Campari Shakerato

Coffee versions of the Shakerato—an icy shaken drink made with espresso, simple syrup and sometimes cream—are common throughout Italy. But the Campari Shakerato, often referred to as Shaken Campari, is a rarer bird—and an acquired taste. “I mean you have to love Campari to order this drink,” says Young. “It’s quite sweet. It’s quite bitter. It’s quite polarizing. There are no modifiers. There’s nothing for it to hide behind.”

Unadorned Campari shaken with ice is traditional, but there are increasing liberties being taken with bartender’s choice versions, including one from Tommaso Cecca, head bartender at Bar Camparino in Milan, that calls on corn- and-saffron-infused ice cream, and another nod (sans Campari) from Brooks Reitz’s new Charleston pizzeria, Melfi’s. Reitz was inspired by a version he tried in Milan last summer but, like Young, suspected straight Campari would be a tough sell. Their take, dubbed Bitter Grapefruit, vis a combination of Luxardo Bitter, Giffard Pamplemousse liqueur and lemon served from a bubble tea machine.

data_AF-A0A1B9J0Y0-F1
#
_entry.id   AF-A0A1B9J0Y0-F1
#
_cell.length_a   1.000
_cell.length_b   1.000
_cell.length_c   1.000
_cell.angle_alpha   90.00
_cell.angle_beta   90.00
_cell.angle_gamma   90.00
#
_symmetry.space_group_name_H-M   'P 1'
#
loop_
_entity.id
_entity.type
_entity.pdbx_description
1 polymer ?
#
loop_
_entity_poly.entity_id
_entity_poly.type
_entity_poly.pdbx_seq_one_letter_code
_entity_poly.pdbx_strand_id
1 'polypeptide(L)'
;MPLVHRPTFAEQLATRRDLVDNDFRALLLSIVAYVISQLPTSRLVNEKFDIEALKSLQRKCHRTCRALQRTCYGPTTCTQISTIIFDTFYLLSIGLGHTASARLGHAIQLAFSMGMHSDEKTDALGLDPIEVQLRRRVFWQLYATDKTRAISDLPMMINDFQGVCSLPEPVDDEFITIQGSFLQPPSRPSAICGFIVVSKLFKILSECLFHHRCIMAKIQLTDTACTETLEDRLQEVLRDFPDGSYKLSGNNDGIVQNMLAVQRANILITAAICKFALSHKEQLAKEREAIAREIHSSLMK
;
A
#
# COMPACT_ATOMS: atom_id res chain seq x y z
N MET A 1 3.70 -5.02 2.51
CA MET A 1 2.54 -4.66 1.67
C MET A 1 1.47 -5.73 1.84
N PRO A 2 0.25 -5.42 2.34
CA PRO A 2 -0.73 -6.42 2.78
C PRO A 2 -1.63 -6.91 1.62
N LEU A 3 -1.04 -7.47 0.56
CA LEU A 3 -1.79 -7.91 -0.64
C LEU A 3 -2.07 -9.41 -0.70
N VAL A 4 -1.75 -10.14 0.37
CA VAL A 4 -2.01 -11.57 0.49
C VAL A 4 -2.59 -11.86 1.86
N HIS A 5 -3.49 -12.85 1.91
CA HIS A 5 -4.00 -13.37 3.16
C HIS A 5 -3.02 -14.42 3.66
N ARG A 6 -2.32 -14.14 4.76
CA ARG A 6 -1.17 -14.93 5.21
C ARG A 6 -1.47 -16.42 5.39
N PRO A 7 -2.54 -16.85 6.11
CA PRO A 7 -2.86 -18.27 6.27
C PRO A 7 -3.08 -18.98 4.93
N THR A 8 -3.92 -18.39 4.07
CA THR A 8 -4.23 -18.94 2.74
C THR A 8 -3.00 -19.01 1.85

Young’s version, meanwhile, combines two-and-a-half ounces of Campari, saline solution and orange flower water, which he shakes and strains into a chilled Nick and Nora glass. “Serve it on a nice metal coaster or something pretty,” he says. “Then you’ve got something more interesting than just shaken Campari.”